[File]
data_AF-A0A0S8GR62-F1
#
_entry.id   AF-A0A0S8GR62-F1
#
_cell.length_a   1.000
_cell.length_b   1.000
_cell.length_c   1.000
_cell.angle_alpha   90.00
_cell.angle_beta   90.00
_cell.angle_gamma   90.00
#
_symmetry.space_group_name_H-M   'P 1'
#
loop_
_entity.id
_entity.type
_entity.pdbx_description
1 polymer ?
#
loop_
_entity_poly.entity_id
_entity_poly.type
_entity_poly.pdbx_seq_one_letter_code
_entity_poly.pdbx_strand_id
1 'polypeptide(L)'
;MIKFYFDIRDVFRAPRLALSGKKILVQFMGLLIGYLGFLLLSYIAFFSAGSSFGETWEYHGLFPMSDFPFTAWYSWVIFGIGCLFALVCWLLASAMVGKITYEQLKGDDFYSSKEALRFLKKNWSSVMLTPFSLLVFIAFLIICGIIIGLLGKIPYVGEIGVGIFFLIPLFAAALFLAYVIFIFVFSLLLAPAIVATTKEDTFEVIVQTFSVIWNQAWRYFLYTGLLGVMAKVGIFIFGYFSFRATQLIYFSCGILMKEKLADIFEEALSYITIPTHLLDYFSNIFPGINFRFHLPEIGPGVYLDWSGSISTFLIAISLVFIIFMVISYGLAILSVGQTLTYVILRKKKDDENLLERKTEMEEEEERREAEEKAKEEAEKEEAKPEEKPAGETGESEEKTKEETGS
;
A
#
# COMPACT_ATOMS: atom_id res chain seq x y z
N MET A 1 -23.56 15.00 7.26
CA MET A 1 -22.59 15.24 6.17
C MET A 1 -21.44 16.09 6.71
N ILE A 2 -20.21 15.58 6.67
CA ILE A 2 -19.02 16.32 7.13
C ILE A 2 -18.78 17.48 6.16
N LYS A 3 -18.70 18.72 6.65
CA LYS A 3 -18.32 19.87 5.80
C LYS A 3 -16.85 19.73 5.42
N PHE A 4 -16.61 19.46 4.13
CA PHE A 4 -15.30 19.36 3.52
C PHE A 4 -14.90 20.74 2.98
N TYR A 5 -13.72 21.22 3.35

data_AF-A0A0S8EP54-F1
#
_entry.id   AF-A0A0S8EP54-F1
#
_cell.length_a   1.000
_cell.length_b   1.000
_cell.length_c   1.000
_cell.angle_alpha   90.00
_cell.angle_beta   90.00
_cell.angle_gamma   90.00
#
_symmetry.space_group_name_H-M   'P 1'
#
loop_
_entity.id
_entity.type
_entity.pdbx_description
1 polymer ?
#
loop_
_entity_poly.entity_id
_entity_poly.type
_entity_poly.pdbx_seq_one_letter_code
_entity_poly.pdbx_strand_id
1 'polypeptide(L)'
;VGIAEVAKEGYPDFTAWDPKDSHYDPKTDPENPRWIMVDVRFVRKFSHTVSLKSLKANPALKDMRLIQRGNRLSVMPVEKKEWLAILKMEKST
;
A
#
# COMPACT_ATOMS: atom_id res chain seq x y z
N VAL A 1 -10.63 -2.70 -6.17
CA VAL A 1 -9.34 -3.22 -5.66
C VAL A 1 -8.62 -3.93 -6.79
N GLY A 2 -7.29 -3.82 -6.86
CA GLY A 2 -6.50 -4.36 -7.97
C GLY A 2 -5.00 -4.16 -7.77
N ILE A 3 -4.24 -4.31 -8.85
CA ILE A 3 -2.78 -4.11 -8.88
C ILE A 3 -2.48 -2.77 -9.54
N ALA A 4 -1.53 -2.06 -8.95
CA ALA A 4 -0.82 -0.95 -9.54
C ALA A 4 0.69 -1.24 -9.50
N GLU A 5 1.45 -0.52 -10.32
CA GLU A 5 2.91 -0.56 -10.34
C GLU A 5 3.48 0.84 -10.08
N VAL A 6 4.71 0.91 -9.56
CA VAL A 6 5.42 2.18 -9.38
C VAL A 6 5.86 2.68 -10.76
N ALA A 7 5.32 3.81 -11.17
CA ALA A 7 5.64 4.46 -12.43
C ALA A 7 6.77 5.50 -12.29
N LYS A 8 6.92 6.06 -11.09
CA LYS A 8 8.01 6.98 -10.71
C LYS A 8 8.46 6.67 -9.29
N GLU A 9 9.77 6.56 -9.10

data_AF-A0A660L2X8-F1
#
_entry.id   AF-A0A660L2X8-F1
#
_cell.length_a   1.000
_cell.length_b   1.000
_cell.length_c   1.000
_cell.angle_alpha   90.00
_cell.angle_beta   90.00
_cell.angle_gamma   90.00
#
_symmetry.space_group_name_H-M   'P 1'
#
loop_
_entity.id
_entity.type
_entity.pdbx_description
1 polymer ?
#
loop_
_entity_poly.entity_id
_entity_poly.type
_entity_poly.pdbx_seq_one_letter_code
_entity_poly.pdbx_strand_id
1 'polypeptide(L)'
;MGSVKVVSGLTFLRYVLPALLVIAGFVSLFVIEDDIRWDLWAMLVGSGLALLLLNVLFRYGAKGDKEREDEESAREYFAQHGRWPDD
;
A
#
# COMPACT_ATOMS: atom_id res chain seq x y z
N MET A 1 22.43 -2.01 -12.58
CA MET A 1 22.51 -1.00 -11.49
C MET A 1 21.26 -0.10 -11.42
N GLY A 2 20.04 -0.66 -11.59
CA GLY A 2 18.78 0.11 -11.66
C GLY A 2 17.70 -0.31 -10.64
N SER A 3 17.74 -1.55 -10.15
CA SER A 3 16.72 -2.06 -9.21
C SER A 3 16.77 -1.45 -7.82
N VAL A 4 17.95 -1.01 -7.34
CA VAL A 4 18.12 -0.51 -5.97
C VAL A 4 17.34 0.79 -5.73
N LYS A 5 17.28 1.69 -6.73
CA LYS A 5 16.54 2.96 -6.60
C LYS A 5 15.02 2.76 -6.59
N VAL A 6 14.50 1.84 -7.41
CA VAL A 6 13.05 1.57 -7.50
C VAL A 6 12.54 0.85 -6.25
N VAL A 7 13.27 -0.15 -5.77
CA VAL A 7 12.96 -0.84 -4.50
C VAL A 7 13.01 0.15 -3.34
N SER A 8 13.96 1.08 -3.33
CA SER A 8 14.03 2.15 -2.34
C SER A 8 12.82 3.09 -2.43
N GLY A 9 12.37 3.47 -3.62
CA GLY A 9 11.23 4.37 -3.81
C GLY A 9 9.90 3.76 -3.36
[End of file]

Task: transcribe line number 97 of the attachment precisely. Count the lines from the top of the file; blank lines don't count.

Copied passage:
C LYS A 8 8.46 6.67 -9.29